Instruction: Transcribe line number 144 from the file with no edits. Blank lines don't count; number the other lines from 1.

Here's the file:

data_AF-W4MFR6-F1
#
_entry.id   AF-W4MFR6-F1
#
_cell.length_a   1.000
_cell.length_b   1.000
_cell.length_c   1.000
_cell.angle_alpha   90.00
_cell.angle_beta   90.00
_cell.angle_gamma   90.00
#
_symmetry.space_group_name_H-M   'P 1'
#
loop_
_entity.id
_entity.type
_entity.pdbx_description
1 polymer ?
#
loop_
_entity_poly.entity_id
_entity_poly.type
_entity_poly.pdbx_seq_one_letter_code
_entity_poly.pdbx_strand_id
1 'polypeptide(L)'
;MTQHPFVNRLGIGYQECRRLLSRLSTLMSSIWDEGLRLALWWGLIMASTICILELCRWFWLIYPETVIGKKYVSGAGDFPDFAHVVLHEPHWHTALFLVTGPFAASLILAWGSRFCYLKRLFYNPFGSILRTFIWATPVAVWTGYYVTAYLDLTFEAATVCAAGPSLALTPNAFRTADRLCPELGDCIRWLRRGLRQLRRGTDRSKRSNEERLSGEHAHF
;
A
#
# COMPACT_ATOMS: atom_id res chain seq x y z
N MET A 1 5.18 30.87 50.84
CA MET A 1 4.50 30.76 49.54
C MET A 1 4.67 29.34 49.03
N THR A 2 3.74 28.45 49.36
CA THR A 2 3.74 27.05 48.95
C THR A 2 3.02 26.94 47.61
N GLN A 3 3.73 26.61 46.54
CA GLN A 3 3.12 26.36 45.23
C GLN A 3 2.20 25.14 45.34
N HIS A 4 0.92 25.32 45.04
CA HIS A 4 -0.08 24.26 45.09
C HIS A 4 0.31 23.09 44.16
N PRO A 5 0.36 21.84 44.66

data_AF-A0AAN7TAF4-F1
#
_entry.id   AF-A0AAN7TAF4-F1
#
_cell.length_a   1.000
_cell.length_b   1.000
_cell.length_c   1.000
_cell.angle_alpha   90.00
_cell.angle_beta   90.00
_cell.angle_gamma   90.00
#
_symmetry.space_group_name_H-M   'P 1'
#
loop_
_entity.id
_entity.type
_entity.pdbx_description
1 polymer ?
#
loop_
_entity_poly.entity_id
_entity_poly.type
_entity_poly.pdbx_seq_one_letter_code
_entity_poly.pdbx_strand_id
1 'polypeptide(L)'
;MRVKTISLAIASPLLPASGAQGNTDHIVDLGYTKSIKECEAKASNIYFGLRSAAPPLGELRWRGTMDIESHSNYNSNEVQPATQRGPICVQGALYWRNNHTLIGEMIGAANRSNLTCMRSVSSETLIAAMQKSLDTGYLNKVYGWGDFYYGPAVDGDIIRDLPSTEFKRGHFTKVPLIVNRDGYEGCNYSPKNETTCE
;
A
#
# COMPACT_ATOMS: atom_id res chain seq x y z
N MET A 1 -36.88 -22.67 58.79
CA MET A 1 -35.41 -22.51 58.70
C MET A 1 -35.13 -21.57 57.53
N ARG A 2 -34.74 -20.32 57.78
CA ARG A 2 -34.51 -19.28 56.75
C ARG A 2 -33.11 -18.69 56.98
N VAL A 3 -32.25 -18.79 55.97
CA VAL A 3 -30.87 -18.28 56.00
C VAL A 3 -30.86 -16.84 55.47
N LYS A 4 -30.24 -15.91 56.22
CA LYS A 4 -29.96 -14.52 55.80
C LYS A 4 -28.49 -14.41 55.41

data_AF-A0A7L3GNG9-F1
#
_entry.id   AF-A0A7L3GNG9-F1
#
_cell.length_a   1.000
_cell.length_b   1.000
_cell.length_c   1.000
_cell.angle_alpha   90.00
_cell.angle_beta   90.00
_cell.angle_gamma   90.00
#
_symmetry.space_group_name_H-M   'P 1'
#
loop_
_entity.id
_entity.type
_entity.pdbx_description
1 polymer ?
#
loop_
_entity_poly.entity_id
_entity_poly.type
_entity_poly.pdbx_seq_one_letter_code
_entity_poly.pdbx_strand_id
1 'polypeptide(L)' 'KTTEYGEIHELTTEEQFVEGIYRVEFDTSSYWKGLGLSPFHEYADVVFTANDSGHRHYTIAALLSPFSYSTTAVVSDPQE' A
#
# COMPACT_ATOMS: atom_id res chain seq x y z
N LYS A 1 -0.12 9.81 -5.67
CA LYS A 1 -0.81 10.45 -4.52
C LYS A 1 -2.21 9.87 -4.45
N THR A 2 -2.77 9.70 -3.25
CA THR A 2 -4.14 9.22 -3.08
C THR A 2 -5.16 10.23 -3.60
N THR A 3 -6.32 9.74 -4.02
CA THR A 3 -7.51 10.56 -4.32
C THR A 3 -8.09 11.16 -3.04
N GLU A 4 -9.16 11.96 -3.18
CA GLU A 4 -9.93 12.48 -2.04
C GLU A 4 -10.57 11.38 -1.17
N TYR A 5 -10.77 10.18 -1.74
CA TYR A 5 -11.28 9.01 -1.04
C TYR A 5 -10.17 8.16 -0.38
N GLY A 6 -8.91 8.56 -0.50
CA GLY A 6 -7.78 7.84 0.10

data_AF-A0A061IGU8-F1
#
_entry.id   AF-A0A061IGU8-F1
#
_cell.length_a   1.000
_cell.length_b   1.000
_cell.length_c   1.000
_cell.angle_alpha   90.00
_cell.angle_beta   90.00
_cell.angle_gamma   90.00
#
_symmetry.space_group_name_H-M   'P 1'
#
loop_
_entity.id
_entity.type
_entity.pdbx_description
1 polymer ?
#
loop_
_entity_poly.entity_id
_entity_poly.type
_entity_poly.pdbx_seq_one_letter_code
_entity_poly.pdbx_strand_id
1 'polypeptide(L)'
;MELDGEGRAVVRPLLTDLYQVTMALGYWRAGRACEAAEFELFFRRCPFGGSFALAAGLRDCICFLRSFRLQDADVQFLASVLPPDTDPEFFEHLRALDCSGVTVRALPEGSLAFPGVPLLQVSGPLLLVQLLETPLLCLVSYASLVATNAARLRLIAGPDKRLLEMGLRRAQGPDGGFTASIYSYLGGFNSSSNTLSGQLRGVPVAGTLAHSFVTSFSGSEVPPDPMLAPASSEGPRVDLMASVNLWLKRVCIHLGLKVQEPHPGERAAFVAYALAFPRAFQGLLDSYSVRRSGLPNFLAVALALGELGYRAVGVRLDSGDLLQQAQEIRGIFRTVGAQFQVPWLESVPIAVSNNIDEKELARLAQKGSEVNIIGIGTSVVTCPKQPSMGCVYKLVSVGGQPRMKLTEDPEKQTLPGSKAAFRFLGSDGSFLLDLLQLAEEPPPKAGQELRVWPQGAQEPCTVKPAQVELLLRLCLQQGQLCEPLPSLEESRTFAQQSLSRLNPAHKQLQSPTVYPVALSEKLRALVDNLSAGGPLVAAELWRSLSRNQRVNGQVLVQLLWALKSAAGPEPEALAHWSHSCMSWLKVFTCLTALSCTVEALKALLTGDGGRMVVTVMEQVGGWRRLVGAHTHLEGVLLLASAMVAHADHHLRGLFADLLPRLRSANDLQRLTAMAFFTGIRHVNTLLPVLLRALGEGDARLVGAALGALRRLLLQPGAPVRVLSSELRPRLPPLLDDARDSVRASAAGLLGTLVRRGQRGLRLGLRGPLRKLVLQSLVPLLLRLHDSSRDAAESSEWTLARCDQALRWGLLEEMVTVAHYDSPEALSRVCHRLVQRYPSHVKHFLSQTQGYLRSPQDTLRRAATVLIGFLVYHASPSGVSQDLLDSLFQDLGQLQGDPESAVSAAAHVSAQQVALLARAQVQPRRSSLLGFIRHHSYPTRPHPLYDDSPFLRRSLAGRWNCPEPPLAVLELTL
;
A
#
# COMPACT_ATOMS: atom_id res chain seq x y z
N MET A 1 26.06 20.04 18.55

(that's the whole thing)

_entity.id